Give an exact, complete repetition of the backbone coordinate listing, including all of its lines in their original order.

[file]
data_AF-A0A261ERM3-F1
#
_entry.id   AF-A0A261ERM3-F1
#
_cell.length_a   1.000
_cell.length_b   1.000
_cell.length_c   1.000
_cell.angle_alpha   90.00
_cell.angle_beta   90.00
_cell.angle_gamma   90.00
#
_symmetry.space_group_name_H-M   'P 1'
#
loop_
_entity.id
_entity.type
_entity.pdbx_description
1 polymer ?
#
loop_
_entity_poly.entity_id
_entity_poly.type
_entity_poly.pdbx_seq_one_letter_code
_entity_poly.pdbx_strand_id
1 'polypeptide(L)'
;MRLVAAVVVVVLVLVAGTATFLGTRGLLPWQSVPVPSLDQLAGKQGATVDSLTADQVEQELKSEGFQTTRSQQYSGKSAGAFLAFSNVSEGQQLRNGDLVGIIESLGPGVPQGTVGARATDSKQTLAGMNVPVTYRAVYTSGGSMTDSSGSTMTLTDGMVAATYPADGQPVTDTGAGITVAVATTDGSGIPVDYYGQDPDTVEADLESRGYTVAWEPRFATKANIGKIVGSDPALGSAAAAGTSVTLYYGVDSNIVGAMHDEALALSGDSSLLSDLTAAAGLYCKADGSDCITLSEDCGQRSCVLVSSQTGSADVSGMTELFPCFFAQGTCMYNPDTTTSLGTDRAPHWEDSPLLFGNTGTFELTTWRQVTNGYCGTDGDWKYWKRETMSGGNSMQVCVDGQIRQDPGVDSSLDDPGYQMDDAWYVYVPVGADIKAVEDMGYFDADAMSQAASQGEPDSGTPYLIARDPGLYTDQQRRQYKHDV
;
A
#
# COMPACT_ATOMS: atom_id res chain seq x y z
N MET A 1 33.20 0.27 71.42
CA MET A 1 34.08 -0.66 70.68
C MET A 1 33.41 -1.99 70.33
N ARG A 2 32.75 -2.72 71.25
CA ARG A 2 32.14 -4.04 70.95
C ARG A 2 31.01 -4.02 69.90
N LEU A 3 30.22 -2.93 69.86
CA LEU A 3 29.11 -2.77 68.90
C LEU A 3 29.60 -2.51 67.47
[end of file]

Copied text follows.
data_AF-A0A261ERM3-F1
#
_entry.id   AF-A0A261ERM3-F1
#
_cell.length_a   1.000
_cell.length_b   1.000
_cell.length_c   1.000
_cell.angle_alpha   90.00
_cell.angle_beta   90.00
_cell.angle_gamma   90.00
#
_symmetry.space_group_name_H-M   'P 1'
#
loop_
_entity.id
_entity.type
_entity.pdbx_description
1 polymer ?
#
loop_
_entity_poly.entity_id
_entity_poly.type
_entity_poly.pdbx_seq_one_letter_code
_entity_poly.pdbx_strand_id
1 'polypeptide(L)'
;MRLVAAVVVVVLVLVAGTATFLGTRGLLPWQSVPVPSLDQLAGKQGATVDSLTADQVEQELKSEGFQTTRSQQYSGKSAGAFLAFSNVSEGQQLRNGDLVGIIESLGPGVPQGTVGARATDSKQTLAGMNVPVTYRAVYTSGGSMTDSSGSTMTLTDGMVAATYPADGQPVTDTGAGITVAVATTDGSGIPVDYYGQDPDTVEADLESRGYTVAWEPRFATKANIGKIVGSDPALGSAAAAGTSVTLYYGVDSNIVGAMHDEALALSGDSSLLSDLTAAAGLYCKADGSDCITLSEDCGQRSCVLVSSQTGSADVSGMTELFPCFFAQGTCMYNPDTTTSLGTDRAPHWEDSPLLFGNTGTFELTTWRQVTNGYCGTDGDWKYWKRETMSGGNSMQVCVDGQIRQDPGVDSSLDDPGYQMDDAWYVYVPVGADIKAVEDMGYFDADAMSQAASQGEPDSGTPYLIARDPGLYTDQQRRQYKHDV
;
A
#
# COMPACT_ATOMS: atom_id res chain seq x y z
N MET A 1 33.20 0.27 71.42
CA MET A 1 34.08 -0.66 70.68
C MET A 1 33.41 -1.99 70.33
N ARG A 2 32.75 -2.72 71.25
CA ARG A 2 32.14 -4.04 70.95
C ARG A 2 31.01 -4.02 69.90
N LEU A 3 30.22 -2.93 69.86
CA LEU A 3 29.11 -2.77 68.90
C LEU A 3 29.60 -2.51 67.47